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Independence Day United States introduction

Independence Day United States (also called the Fourth of July or July 4) is a government holiday in the USA memorializing the Declaration of Independence of the United States, on July 4, 1776. The Continental Congress declared that the American colonies were no more subject (and subservient) to the majesty of Britain, King George III.    The Congress had elected to proclaim independence 2 days earlier, on July 2, but it was not stated till July 4.

Independence Day United States is frequently related to fireworks, parades, BBQs, carnivals, fairs, picnics, performances, baseball games, family get-togethers, political speeches, in addition to different other public and personal events.  We celebrate the history, federal government, as well as customs of the USA. Independence Day United States is the nationwide day of the United States.  Unfortunately, this year’s celebrations need to be different due to COVID-19.

Independence Day United States background

Throughout the American Revolution, the lawful splitting up of the thirteen colonies from Great Britain in 1776 took place on July 2, when the Second Continental Congress voted to approve a resolution of self-reliance that had been suggested in June by Richard Henry Lee of Virginia.  He proclaimed the USA independent from Britain's regulation.  After electing independence, Congress turned its focus to the Declaration of Independence, a statement describing this decision, which had been prepared by a Committee of Five, with Thomas Jefferson as its major writer. Congress discussed and modified the wording of the Declaration, lastly accepting it two days later July 4.

From the outset, Americans celebrated Independence Day United States on July 4.  This was the day revealed on the much-publicized Declaration of Independence, as opposed to on July 2, the date the resolution of self-reliance was accepted in a closed session of Congress.

Historians have long disputed whether members of Congress authorized the Declaration of Independence on July 4, although Thomas Jefferson, John Adams, and Benjamin Franklin all later wrote that they had signed it on that day.

Amazing Independence Day United States coincidences

By an amazing coincidence, Thomas Jefferson and John Adams, the only two signatures on the Declaration of Independence later to function as Presidents of the United States, both passed away on the same day: July 4, 1826. Only one other signatory, Charles Carroll of Carrollton, survived them, dying in 1832.  Although not a signatory of the Declaration of Independence, James Monroe, an additional Founding Father that was chosen as President, likewise passed away on July 4, 1831. He was the 3rd President who died on the anniversary of independence.   Calvin Coolidge, the 30th president, was born upon July 4, 1872; thus far he is the only U.S. president to have been born on Independence Day.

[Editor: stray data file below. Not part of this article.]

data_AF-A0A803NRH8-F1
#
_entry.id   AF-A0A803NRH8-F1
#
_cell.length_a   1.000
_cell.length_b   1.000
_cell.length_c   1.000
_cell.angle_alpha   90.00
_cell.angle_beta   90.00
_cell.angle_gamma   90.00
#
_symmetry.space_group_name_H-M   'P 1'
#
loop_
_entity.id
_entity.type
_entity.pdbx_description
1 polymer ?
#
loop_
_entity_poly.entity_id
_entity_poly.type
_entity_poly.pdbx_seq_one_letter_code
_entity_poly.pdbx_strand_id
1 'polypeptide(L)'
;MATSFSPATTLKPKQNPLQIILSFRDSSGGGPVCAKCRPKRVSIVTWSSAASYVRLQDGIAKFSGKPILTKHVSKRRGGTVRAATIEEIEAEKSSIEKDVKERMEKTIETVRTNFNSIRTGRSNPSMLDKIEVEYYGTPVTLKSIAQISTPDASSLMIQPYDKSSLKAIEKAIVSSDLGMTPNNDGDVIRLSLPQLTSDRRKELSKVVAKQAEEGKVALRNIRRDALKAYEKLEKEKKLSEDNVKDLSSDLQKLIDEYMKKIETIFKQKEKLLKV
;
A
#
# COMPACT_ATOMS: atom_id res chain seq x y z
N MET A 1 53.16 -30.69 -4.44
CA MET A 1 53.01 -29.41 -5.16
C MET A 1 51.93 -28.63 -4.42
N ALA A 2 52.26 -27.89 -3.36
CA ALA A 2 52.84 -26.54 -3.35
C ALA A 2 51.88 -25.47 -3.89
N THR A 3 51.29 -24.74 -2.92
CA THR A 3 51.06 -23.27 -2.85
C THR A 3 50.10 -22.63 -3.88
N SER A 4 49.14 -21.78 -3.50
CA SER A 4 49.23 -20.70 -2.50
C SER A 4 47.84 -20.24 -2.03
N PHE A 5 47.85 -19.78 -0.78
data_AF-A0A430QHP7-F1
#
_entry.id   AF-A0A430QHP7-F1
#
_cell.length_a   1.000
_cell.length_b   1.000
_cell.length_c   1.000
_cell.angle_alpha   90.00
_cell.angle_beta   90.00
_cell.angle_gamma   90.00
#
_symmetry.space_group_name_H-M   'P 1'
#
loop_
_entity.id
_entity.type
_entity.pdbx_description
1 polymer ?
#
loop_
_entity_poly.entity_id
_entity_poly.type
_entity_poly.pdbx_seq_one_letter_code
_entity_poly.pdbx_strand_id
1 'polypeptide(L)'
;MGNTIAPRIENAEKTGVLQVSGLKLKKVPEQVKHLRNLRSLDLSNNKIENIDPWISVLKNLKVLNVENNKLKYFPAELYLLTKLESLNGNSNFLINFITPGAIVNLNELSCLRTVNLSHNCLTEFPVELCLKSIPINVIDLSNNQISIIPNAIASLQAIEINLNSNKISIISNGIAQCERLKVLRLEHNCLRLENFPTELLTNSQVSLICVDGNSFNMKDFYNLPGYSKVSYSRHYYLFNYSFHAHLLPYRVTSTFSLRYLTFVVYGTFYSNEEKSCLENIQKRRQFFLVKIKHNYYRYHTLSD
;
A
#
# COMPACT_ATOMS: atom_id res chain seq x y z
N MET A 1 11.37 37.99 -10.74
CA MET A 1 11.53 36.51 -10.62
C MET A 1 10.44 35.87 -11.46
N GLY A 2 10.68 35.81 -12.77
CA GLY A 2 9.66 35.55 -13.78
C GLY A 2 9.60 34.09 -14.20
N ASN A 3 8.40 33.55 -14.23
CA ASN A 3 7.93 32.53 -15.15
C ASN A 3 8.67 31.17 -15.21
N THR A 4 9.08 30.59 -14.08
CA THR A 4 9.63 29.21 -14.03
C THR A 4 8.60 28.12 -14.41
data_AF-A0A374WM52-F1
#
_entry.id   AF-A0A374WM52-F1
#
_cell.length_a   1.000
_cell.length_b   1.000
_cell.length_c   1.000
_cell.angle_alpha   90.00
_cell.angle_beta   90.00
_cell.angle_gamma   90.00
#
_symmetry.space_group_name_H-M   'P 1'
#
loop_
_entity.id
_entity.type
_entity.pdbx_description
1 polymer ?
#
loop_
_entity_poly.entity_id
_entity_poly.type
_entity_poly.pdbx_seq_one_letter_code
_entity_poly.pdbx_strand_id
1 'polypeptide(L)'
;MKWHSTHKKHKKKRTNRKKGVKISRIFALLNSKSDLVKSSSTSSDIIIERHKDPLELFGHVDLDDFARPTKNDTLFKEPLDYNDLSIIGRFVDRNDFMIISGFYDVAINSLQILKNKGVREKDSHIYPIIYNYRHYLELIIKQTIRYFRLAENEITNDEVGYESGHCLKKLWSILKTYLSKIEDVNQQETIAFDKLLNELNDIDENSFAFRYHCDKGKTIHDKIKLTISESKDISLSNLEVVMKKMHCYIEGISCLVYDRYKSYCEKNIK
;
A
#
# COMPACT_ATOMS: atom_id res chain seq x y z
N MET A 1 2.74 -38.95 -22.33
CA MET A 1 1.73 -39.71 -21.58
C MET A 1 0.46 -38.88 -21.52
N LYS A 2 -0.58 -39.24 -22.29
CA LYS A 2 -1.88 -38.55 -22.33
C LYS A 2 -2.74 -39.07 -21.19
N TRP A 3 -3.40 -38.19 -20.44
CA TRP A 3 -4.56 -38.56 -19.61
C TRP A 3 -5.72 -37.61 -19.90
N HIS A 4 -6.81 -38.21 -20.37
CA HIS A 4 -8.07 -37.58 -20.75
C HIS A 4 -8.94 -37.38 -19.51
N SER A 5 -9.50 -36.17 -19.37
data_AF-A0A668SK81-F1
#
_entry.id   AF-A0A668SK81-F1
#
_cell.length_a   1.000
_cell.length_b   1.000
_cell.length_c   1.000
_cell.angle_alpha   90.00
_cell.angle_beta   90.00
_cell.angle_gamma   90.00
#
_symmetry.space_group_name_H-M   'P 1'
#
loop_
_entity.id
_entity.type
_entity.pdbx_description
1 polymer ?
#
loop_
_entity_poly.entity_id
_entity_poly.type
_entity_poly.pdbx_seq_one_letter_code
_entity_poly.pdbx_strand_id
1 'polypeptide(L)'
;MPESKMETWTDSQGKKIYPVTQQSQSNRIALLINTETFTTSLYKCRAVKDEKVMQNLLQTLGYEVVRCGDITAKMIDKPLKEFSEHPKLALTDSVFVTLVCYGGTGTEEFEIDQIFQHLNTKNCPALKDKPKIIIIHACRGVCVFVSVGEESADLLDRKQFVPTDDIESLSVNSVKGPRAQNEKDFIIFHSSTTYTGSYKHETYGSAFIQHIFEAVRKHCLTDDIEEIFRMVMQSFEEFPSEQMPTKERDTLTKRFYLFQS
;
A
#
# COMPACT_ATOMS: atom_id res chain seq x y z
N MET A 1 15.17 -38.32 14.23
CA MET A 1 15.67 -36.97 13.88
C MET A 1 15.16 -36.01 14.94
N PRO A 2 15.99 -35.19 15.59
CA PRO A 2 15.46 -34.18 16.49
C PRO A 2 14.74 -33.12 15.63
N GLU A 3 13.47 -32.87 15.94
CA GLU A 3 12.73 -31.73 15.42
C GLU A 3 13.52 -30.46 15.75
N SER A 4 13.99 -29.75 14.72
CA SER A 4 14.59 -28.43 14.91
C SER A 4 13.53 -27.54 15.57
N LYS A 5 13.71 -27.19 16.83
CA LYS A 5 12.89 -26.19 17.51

Observations on Independence Day United States

In 1777, thirteen gunfires were fired in salute, when at morning and once again as night fell, on July 4 in Bristol, Rhode Island. A short article in July 18, 1777 in The Virginia Gazette noted an event in Philadelphia in a manner a modern American would find familiar: an official dinner for the Continental Congress, toasts, 13-gun salutes, speeches, prayers, music, parades, troop reviews, and also fireworks. Ships in port were outdoor decked with red, white, and blue bunting.  In 1778, from his headquarters at Ross Hall, near New Brunswick, New Jersey, General George Washington noted July 4 with a dual ration of rum for his soldiers as well as an artillery salute.  Across the Atlantic Ocean, ambassadors John Adams and Benjamin Franklin held a supper for their fellow Americans in Paris, France.

Independence Day United States final thoughts

Pool Cleaners Scottsdale wishes our customers and friends a safe, healthy and happy Independence Day United States.  Please be careful and safe so that you can enjoy many more holidays with friends and family.